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Senior Contributor

“Aquacheck,” a rod implanted in the soil whose sensors

Does anyone have any experience with these Aquacheck? Just curious. It says it only takes 4 to cover a 1/4 section so not bad. Article is below or part of the newspaper article:

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Iowa, with its annual average of 37 inches of rain, has never been considered prime territory for irrigation equipment. But those farmers who need to monitor soil moisture on a regular basis could look over “Aquacheck,” a rod implanted in the soil whose sensors send data on soil moisture to a farmer’s computer.

“About two of these devices will cover 80 acres,” said Josh Potter, who sells Aquacheck for the Van Wall Group based in Perry.

Potter said Aquacheck has been used mostly in Nebraska and Western states to monitor soil moisture levels for center pivot irrigation.

“But with the drought, now there’s more interest in equipment like this in dry-land farming in Iowa and elsewhere,” said Potter.

 

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Veteran Advisor

Re: “Aquacheck,” a rod implanted in the soil whose sensors

I have heard of some experiments with them.   The 4 per quarter section is only on flat, even ground.   If you have rolling ground, or several different soil types, the number goes up substantially.

About all I can say that I know, is that the University was doing some tests with them, and on rolling/hilly/uneven ground, it was saying that some areas of the field were too wet, and others were too dry, at the same time (Heck, they could have given me the money, and I could have told them that, LOL).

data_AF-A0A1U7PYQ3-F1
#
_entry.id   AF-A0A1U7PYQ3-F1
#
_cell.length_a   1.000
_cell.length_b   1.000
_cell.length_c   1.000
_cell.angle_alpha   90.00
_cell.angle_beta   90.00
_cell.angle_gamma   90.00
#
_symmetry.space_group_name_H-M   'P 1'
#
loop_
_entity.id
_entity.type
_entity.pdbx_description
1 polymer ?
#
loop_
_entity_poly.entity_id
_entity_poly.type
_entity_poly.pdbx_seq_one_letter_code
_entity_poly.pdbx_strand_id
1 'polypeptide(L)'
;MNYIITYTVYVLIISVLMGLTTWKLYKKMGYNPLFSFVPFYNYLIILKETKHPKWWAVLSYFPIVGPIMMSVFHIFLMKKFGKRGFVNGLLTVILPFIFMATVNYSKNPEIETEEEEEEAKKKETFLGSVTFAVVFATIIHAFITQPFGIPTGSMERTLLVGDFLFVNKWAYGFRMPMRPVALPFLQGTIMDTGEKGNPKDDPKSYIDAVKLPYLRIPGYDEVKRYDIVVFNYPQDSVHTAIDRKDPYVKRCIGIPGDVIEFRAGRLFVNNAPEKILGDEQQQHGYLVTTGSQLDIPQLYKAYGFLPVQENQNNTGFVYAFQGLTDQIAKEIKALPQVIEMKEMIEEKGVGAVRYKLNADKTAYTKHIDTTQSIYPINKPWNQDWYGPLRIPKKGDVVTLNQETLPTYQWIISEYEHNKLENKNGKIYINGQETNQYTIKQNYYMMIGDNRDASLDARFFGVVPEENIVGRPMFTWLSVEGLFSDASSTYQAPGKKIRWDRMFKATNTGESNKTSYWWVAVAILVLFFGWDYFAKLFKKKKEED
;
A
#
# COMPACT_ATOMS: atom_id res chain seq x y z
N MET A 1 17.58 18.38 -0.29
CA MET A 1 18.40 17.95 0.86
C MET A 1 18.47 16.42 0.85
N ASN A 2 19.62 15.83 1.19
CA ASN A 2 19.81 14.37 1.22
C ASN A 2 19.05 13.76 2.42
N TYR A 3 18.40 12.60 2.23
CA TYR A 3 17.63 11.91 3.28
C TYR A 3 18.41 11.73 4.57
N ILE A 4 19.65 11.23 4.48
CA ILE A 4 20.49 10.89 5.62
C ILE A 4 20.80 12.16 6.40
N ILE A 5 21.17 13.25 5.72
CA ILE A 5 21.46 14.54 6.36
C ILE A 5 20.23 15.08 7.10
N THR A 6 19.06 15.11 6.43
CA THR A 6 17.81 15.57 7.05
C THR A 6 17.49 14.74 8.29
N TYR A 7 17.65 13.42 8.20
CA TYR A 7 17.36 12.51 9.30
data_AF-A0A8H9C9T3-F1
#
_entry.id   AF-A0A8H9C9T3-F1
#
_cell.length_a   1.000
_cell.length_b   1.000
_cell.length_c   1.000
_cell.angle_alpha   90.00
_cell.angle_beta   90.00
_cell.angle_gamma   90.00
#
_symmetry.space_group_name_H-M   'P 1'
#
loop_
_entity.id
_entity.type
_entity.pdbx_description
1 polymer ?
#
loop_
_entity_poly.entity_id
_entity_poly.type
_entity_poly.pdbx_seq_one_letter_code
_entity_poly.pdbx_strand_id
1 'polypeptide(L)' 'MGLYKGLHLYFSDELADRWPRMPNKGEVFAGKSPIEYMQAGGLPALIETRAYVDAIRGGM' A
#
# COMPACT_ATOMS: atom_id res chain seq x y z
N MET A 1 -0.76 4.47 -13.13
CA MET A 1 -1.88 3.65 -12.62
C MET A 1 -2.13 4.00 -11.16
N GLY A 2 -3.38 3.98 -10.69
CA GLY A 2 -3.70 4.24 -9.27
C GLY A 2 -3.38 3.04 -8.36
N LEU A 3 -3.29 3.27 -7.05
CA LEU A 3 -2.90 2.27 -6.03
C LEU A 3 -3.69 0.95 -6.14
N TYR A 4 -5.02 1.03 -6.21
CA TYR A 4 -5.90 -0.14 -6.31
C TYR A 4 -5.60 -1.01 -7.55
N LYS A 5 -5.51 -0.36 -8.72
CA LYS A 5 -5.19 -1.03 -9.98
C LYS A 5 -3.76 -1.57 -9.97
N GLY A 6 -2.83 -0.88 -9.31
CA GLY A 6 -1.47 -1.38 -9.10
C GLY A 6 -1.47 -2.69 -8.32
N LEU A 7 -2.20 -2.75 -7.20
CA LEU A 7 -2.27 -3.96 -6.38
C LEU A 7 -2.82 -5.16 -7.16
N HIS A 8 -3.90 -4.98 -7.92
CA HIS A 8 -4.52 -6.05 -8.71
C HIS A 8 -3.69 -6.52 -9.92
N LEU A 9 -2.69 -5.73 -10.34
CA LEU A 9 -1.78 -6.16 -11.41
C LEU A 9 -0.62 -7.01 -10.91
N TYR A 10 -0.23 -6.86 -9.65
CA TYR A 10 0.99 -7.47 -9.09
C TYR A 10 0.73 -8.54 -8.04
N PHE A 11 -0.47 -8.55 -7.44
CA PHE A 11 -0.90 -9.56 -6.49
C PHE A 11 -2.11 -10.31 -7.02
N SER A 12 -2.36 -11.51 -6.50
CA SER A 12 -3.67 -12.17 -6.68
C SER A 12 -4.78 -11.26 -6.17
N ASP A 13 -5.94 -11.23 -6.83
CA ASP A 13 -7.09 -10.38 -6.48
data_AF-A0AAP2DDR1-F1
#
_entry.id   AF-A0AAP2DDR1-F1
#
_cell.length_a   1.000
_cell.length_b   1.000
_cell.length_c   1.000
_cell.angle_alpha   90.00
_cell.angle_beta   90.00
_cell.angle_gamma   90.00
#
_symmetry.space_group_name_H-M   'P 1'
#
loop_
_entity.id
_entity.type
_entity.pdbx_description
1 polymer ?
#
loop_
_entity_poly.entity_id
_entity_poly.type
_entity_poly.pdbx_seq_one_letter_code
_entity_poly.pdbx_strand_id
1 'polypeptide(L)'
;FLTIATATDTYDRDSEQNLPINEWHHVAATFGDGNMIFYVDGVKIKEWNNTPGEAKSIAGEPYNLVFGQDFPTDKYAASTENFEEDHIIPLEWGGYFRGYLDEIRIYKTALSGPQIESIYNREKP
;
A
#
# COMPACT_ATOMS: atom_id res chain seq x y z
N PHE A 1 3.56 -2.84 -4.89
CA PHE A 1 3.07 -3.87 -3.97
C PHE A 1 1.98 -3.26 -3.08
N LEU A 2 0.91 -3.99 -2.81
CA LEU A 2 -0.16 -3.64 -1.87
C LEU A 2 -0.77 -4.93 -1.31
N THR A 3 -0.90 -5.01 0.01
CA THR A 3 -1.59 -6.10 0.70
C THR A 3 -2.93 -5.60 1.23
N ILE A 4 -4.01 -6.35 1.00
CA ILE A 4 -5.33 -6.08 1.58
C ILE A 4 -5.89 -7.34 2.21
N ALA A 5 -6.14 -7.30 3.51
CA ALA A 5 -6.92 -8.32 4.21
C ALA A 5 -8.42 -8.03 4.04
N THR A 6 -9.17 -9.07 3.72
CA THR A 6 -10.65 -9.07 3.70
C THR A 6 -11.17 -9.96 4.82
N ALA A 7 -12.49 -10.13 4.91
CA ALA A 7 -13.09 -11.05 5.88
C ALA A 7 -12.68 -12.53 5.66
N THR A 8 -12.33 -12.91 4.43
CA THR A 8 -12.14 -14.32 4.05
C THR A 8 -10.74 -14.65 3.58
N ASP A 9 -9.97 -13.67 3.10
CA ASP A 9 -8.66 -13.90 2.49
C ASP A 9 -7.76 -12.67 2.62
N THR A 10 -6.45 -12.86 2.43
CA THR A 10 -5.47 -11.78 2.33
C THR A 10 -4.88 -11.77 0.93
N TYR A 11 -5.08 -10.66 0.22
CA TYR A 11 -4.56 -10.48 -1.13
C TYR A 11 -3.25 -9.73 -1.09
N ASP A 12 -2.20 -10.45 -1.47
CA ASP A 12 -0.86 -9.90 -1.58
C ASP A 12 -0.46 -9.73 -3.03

Currently, if I remember right, they are trying to set them up on a center pivot irrigated field, to regulate when and how fast the pivot moves, to water different parts of the field, only as much as needed.   I think if you field was flat, or at least the slopes laid out in a favorable way, it could have potential to save some water and not hurt yield.

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Friend

Re: “Aquacheck,” a rod implanted in the soil whose sensors

I have worked with the Aquacheck probes and it is one of the best technologies to use for monitoring soil moisture. It is true that the more variation there is in the landscape the more probes you will need, but if the positioning of the probes in the field is done properly then it can tell you a lot about what is going on in the soil. The other benefit of the Aquacheck probe is the quality, you can leave it in the soil for 3 years without needing to fix components. Hope that helps!

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Senior Advisor

Re: “Aquacheck,” a rod implanted in the soil whose sensors

What good would they do in dryland, can't make it rain or stop raining can it? Irrigation I understand, but dryland would be just an empty investment.
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